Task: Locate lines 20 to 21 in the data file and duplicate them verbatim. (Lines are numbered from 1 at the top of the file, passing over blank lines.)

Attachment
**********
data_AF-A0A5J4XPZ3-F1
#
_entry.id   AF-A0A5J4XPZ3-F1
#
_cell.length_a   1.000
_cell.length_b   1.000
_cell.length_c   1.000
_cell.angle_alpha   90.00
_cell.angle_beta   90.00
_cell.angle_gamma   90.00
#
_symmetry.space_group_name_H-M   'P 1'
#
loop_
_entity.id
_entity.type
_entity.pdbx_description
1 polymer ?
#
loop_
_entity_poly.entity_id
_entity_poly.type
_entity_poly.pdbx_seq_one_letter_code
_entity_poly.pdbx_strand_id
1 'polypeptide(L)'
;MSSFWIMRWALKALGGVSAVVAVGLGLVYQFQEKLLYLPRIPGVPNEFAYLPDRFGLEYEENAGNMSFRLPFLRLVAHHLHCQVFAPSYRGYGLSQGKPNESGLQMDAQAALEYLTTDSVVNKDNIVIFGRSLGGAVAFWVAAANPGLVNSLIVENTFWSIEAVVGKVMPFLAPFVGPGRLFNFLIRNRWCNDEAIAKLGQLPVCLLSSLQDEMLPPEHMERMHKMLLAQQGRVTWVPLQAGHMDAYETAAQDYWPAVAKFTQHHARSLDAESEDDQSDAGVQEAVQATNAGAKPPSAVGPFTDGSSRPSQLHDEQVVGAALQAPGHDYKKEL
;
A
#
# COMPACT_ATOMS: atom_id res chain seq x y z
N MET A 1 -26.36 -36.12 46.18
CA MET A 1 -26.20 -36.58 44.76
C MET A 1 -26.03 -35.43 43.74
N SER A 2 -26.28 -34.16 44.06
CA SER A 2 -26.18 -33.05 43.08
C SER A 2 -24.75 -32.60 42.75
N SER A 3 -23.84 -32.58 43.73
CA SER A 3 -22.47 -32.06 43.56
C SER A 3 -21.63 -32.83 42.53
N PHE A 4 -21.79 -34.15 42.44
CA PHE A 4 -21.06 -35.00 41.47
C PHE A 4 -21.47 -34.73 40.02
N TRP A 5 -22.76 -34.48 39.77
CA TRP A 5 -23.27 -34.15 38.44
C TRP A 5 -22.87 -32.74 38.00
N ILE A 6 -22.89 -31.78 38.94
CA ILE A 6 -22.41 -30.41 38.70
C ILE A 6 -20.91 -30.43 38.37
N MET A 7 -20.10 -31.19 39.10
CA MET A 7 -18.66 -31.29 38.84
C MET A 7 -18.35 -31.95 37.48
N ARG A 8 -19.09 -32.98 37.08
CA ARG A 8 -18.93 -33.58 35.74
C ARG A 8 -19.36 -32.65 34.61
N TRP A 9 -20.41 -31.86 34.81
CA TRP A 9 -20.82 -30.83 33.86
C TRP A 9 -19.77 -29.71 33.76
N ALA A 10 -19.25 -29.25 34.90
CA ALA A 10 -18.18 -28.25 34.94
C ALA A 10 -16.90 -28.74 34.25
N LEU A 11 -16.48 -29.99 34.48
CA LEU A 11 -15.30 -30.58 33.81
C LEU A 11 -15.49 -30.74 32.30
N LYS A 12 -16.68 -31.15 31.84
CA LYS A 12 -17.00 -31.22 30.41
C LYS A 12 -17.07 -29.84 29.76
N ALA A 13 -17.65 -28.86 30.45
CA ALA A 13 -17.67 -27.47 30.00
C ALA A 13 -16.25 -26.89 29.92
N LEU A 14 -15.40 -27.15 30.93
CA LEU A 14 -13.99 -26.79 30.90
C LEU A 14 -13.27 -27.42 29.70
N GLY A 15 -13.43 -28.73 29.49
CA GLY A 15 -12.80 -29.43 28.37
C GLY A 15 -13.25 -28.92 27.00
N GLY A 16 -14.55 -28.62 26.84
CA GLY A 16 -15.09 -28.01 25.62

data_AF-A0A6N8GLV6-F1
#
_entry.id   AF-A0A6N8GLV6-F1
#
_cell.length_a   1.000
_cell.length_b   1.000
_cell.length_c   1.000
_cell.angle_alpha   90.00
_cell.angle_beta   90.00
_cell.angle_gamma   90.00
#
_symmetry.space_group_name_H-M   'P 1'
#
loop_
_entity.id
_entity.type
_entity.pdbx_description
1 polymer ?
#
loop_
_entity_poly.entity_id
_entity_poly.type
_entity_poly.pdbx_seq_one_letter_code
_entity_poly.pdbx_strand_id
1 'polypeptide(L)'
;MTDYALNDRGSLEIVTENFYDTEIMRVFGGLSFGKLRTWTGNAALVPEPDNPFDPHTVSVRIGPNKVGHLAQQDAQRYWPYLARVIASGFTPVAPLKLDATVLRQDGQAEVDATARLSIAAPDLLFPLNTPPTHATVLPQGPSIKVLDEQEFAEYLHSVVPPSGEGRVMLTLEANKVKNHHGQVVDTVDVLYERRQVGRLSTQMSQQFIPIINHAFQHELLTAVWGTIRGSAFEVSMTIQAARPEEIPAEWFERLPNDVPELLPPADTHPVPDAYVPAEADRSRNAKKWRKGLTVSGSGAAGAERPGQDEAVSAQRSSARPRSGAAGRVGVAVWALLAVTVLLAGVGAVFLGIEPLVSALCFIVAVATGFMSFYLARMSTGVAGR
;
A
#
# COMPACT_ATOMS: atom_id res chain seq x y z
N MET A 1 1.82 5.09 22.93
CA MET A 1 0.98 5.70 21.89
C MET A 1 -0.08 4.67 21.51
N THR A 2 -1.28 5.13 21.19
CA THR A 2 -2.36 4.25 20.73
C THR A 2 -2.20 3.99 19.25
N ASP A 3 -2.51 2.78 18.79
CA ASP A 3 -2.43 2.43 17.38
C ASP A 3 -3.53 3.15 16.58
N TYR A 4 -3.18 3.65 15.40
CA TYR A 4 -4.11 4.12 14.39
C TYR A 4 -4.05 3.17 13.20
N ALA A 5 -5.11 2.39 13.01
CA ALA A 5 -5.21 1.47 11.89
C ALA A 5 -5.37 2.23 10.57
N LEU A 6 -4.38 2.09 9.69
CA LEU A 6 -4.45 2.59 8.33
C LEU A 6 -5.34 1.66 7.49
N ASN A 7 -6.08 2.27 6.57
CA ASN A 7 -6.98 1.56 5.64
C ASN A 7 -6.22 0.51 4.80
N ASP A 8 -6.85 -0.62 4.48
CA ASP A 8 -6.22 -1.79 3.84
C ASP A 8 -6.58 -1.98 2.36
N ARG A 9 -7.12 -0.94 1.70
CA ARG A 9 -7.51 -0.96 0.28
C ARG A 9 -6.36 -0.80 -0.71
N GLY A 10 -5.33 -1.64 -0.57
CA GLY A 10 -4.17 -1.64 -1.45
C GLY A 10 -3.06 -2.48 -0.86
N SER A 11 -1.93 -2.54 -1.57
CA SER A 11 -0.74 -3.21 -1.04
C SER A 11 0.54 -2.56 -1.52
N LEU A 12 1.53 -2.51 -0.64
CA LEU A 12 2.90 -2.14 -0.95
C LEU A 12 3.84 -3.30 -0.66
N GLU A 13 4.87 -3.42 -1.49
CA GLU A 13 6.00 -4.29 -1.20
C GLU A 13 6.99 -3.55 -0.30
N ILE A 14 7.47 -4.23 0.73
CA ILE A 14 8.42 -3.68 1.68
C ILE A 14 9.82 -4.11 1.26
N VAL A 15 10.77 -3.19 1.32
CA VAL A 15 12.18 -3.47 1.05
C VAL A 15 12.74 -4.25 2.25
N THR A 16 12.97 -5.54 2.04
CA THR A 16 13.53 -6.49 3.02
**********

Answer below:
loop_
_entity_poly.entity_id